In pursuit of greater efficiency in the United States health system, public programs and private insurers have begun to pay some hospitals and physicians differently. These new payment models take many forms, but they all impose greater responsibility for cost control and quality improvement on providers and bear some resemblance to failed health care financing arrangements from the 1990s. However, there are some distinctions that could make all the difference.
A recently announced partnership that includes Anthem Blue Cross in California and seven Los Angeles-area hospital systems exemplifies these new models. Some have called “Anthem Blue Cross Vivity” (or just “Vivity”) bold and game-changing. It has characteristics of managed care plans more popular in the 1990s — like health maintenance organizations — as well as those of more modern accountable care organizations, or A.C.O.s. It has been characterized as both. What’s the difference?
As reported by my colleague Reed Abelson, the ambition of the new venture is to provide coordinated, high-quality care normally associated with big-name, integrated systems like Kaiser Permanente, Intermountain Healthcare and Geisinger Health System. Such systems are the inspiration for accountable care organizations, which vary in form but generally contract with Medicare, Medicaid or private insurers to provide integrated care for a large population of patients and can earn bonuses for meeting cost and quality targets or, in some cases, be penalized if they don’t.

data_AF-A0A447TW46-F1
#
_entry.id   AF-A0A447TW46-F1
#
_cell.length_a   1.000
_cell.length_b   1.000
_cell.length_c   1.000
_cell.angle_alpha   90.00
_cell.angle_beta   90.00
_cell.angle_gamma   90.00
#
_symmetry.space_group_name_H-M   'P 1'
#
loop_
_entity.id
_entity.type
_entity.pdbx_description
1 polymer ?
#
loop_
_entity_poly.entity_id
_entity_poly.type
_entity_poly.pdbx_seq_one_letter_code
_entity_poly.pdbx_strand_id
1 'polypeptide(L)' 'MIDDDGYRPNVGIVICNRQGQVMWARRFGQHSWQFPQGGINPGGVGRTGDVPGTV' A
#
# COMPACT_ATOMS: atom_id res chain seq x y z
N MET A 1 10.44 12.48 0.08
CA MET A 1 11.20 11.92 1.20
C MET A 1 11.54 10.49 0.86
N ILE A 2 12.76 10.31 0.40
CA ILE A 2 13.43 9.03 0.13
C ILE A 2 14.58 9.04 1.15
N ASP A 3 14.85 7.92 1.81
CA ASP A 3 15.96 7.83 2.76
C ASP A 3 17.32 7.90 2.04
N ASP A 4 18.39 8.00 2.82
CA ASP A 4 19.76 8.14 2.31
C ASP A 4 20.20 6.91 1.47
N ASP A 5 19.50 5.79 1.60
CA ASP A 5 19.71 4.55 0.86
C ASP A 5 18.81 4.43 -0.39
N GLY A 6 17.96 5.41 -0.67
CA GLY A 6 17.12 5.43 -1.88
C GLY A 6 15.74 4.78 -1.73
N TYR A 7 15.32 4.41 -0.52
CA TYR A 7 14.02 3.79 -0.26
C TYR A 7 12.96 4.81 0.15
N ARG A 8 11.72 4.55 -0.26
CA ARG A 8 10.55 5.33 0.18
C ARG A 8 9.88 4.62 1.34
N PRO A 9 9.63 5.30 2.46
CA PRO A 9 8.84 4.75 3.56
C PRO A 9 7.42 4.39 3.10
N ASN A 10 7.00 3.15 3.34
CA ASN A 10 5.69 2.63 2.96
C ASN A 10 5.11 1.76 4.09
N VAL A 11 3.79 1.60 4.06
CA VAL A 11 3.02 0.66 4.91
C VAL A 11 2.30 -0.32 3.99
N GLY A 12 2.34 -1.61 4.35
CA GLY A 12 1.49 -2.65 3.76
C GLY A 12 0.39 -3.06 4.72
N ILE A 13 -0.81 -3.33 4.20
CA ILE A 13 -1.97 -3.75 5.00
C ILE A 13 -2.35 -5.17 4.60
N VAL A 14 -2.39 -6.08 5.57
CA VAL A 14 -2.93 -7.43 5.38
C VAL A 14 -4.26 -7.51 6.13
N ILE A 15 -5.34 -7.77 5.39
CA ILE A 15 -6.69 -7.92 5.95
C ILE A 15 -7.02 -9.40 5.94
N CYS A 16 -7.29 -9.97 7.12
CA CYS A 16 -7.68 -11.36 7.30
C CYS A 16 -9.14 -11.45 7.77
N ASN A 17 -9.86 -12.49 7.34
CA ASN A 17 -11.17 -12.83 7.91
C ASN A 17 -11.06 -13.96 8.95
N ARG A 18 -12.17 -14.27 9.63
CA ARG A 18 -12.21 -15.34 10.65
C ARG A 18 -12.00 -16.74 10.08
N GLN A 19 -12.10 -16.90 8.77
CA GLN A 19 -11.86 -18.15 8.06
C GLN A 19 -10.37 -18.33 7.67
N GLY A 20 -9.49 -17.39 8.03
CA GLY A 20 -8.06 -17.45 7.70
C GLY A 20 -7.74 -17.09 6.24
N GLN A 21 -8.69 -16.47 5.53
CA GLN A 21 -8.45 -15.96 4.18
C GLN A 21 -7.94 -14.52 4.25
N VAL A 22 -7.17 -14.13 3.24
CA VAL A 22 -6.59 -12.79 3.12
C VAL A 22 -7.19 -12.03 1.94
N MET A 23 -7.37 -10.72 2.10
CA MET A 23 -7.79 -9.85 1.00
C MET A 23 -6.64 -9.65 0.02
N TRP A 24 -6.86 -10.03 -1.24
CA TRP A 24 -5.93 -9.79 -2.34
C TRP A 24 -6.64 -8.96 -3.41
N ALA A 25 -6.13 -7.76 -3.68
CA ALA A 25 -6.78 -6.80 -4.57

Vivity is positioning itself as the antidote to high health-insurance premium growth in California, five times faster than inflation in recent years. It will team up with hospitals and doctors to provide coverage at 10 percent below the typical cost of a large-employer health plan by “aggressively manag[ing] care,” with little to no cost sharing, both characteristics of 1990s-style managed care. Vivity will also operate under a fixed, per-patient budget, called capitation, which was also a characteristic of some 1990s managed care plans.
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Jeffrey R. Ungvary President